Africa’s model of production enterprise is a source of reproach

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In 2014, Africa exported coffee valued at $6billion. After the coffee was roasted, blended, packaged and branded, the final products sold abroad yielded $100billion. This was revealed recently by a former South African Minister of Trade and Industry. This might evoke pain, until the story of the continent’s cocoa comes to the fore. The continent produces 75 percent of the world’s cocoa and gets only 2 percent of the $100billion cocoa industry. The reason for Africa’s dismal share of the proceeds of the cocoa industry would not differ from the coffee story. We produce cocoa and sell it raw, at “give-away” prices. It is then processed, and its value multiplied several times over.

A decade ago, The International Trade Center reported that Africa relied to a large and increasing extent on the export of mineral products, where it held a significant share of world imports, at 12 percent. These refer majorly to minerals in their primary form, in case one may rush to deduce that mineral products refer to items manufactured out of minerals. Ten years ago, China’s share in African mineral exports was reported to have been rising at a much faster rate in latest years. At that time, China absorbed 60 percent of Africa’s exports of cobalt; 40 percent of iron; and 25 to 30 percent of its exports of chromium, copper and manganese.

This year, China has maintained its position as the world’s largest manufacturing country for the eleventh consecutive year with industrial added value reaching 31.3 trillion Yuan ($4.84 trillion), according to their Ministry of Industry and Information Technology. China’s manufacturing industry makes up nearly 30 percent of the global manufacturing industry.

The relationship between Africa’s supply of mineral materials and China’s manufacturing capacity may not require deep scrutiny. It is not only China that utilizes Africa’s mineral wealth, but the example fairly illustrates the connection between African supplied raw materials and the vibrancy of foreign industry.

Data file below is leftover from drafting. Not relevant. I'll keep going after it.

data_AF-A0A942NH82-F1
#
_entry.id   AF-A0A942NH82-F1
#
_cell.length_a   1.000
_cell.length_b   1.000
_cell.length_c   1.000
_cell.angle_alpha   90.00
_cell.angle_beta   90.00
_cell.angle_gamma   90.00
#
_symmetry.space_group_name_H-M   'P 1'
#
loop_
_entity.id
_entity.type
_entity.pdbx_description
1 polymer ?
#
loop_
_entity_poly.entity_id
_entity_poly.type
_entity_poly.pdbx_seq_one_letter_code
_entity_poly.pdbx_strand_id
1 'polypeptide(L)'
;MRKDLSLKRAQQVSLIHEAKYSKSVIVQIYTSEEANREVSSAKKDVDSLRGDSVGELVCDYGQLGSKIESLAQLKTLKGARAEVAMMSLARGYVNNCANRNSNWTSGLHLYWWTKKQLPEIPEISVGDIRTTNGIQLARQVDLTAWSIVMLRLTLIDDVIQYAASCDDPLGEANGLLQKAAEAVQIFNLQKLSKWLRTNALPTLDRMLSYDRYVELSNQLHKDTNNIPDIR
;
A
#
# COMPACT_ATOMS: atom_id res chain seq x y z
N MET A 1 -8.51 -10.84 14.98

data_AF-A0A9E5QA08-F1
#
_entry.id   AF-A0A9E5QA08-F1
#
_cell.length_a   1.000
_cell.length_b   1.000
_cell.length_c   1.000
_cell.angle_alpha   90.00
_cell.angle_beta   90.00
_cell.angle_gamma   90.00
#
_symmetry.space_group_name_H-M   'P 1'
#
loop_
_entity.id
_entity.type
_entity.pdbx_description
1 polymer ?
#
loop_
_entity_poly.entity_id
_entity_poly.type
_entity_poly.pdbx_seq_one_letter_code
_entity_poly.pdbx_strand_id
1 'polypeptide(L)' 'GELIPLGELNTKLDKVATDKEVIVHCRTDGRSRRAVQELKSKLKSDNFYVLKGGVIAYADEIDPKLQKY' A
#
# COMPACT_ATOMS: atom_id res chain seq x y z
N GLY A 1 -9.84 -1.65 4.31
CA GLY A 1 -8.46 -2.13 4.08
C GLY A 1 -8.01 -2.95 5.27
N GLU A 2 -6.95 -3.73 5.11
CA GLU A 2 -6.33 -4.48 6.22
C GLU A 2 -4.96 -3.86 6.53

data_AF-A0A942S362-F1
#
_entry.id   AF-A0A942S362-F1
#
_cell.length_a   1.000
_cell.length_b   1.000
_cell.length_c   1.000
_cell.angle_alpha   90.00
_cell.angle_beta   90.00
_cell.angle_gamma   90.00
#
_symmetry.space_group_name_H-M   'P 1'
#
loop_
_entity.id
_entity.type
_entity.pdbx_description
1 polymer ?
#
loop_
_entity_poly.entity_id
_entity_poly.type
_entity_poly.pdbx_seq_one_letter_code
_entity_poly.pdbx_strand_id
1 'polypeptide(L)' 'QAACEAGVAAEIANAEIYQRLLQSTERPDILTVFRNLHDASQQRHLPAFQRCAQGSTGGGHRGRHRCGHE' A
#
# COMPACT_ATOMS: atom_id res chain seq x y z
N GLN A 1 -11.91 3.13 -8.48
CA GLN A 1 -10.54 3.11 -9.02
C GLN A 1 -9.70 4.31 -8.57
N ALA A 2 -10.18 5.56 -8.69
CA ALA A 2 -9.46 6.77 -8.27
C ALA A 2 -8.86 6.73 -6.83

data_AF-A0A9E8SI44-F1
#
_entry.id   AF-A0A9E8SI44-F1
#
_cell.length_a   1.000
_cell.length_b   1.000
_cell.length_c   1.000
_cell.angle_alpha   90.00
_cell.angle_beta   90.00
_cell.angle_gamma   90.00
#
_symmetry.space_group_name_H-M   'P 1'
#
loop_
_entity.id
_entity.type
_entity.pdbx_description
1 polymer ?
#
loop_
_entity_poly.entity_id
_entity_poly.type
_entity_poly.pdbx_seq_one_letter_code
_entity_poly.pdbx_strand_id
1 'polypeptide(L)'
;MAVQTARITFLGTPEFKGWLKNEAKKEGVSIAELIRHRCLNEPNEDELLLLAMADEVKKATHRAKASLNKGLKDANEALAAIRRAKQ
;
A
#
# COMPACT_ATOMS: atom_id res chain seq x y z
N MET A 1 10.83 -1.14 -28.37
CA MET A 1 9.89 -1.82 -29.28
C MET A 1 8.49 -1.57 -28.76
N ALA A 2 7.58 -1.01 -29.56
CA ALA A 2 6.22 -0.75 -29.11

Africa remains potentially able to continue doing the above – supplying primary agricultural produce and availing minerals to those who use them in manufacturing. No jurisdiction would outdo Africa as far as producing crop is concerned. None would match the continent’s capacity to supply raw material in form of minerals. The continent owns about 60 percent of global arable land and holds about 30 percent of the remaining global mineral wealth. The blessing of this endowment, however, offers no reportable advantage to the continent so far. Yes, it provides a cashflow today, but one that does not correlate with the value and natural blessing of this endowment. One day, the minerals will run out. None of the Africans alive today will witness that day, but it will surely come and dawn on the African race. The productivity of the land is threatened by climate change, among other threats. The world will one day move on with alternatives to what we provide in plenty today, as science is bound to help. That future is slightly far away, but today is when we need to revisit the entire model against which Africa produces what she sells to make that future a good one for those coming after we are gone.

We have the potential to transform our fortunes. Instead we sell this potential for a short-change. Even today, we are poor as a result of this. In future when what we are selling runs out or gets compromised due to climate change and related threats, the misfortune that will hit Africa will be insurmountable. We will be irrelevant to the world. Today, we live in reproach due to this production model that serves foreign industry. In future, the situation will be hopeless, because even this position of being primary suppliers of materials may be significantly lost. The land will always be around, but we should use the current capacity to build the foundation for lucrative utilization of this land, today and in future.

For us, there is no alternative for value addition to agricultural produce, and industrialization. Whereas there are efforts towards this in terms of strategic investments in energy and infrastructure, as enablers, in some African countries, this is a most urgent matter for the whole continent. The clock ticks everyday against a waiting dilemma of total helplessness for future African generations. If we continue doing things without due consideration of this matter, it is akin to cooking and eating seed meant to planted to feed our descendants. Posterity should judge us harshly, should we not address such a fundamental problem. In Africa, it is common to fix blame on leaders but this is a challenge we can all do something about. And we have to.

Raymond can be contacted on